A bill introduced Wednesday by Louisiana lawmakers would classify abortion as a homicide, potentially allowing authorities to charge women and girls with murder and criminalize in vitro fertilization, critics said.
The bill, called the Louisiana Abortion Abolition Act, was approved 7-2 by a House subcommittee two days after Politico published a leaked Supreme Court draft opinion that suggested the court is point of overturning Roe v. Wade.
The bill will now go to a vote in the House of Representatives. The legislation would still need the support of the Senate and the governor before it can become law.
Speaking at a hearing Wednesday, the bill’s sponsor, Danny McCormick, likened the move to circumvent federal laws protecting abortion to state approval of medical marijuana.
“If more than 15 states can defy the federal government, we can do it to save the lives of innocent babies,” he said. “We cannot wait for the Supreme Court to confirm that innocent babies have a right to life.”
“Taking a life is murder and it is illegal,” he added.
The text of the bill, which says the legislation aims to “guarantee the right to life and equal protection of the laws for all unborn children from the moment of fertilization,” instructs the state to ignore the Federal abortion rulings, including Roe v. Wade and Planned. paternity vs. Casey.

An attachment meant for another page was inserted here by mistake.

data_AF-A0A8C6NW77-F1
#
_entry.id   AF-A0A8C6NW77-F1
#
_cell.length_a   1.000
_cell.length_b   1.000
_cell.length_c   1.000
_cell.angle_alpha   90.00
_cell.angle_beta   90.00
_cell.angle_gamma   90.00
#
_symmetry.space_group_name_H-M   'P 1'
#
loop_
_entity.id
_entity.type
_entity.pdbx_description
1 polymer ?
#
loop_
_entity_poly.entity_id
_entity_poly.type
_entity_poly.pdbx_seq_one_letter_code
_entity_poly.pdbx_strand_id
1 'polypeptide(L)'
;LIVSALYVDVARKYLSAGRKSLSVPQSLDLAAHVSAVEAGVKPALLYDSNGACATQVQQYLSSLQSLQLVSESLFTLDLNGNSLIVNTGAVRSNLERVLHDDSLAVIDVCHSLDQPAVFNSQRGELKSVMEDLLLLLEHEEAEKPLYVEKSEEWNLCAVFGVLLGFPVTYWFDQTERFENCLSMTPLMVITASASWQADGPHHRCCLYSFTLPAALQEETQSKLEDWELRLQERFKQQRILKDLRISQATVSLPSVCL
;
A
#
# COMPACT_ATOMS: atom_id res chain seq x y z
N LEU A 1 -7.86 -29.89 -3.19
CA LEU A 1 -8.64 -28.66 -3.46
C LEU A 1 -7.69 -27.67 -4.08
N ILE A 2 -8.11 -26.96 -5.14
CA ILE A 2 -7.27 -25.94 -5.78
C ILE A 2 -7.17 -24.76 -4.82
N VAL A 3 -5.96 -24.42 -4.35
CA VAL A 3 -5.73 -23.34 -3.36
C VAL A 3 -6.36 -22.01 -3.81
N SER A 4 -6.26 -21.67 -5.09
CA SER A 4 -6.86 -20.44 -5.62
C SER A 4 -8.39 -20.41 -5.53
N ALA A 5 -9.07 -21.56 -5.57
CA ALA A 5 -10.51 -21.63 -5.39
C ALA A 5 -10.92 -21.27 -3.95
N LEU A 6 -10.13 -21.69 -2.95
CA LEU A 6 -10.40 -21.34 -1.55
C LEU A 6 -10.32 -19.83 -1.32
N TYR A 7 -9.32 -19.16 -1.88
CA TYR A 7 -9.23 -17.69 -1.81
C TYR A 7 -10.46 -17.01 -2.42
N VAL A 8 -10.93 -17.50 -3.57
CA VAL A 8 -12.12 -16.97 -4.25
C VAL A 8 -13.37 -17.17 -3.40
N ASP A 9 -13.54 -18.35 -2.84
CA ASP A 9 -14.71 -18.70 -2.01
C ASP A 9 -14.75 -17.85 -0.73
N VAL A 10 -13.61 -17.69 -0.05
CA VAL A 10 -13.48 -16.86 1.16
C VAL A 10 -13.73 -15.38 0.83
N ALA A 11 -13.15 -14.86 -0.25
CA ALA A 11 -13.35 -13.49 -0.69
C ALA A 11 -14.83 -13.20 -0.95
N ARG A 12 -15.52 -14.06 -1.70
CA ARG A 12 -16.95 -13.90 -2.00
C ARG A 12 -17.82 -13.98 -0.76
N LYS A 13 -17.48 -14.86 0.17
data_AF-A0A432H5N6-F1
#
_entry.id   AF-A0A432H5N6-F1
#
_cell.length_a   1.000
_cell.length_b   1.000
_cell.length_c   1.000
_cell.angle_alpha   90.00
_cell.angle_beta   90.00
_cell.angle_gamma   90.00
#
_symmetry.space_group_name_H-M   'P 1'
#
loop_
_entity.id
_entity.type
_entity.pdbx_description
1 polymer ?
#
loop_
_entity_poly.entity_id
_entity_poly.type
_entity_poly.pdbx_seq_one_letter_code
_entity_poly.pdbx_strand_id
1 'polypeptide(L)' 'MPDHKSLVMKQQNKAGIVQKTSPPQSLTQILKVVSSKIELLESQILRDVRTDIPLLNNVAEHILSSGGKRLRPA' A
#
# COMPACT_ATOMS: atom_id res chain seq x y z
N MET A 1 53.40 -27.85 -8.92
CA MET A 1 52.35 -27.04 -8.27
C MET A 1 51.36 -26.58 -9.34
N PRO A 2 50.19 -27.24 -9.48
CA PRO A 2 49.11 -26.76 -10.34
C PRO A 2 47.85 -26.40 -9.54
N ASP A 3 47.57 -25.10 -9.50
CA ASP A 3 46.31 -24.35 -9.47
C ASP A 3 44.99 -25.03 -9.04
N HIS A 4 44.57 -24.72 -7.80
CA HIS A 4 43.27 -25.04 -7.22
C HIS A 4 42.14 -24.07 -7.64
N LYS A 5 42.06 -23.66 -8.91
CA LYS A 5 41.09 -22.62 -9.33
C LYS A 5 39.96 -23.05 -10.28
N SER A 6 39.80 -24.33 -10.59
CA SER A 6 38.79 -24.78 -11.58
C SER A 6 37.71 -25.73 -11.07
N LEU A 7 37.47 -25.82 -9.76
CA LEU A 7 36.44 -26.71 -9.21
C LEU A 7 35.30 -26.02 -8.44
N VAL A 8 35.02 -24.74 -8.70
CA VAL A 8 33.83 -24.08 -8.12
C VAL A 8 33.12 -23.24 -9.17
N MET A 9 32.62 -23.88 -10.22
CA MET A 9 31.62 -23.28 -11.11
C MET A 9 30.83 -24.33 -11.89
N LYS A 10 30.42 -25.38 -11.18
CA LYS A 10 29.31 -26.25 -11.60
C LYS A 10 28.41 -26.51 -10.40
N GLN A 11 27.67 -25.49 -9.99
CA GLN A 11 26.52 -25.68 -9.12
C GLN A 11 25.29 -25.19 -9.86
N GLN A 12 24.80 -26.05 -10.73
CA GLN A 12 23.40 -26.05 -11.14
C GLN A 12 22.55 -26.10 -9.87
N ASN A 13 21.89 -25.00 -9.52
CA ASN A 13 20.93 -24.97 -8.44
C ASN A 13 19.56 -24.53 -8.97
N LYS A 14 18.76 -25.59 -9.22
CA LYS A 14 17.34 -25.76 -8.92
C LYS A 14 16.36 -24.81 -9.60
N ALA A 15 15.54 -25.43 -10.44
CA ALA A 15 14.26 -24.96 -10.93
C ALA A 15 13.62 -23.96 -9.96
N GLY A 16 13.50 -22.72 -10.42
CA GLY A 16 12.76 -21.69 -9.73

Ellie Schilling, a Louisiana attorney who represents reproductive health care providers, said at the hearing that the bill would change state law to allow authorities to charge a pregnant woman with murder or criminal assault “in any gestation stage,” according to Reuters.
The American Civil Liberties Union of Louisiana called the account “blatantly unconstitutional” and said it would allow authorities to bring murder charges against people who abort or those who help them.
Chris Kaiser, the group’s advocacy director, said the bill could criminalize in vitro fertilization and various forms of birth control by defining an egg fertilized before implantation as a person, according to Reuters.
McCormick did not comment on the possibility of criminalizing IVF during Wednesday’s hearing. His office did not immediately respond to a request for comment.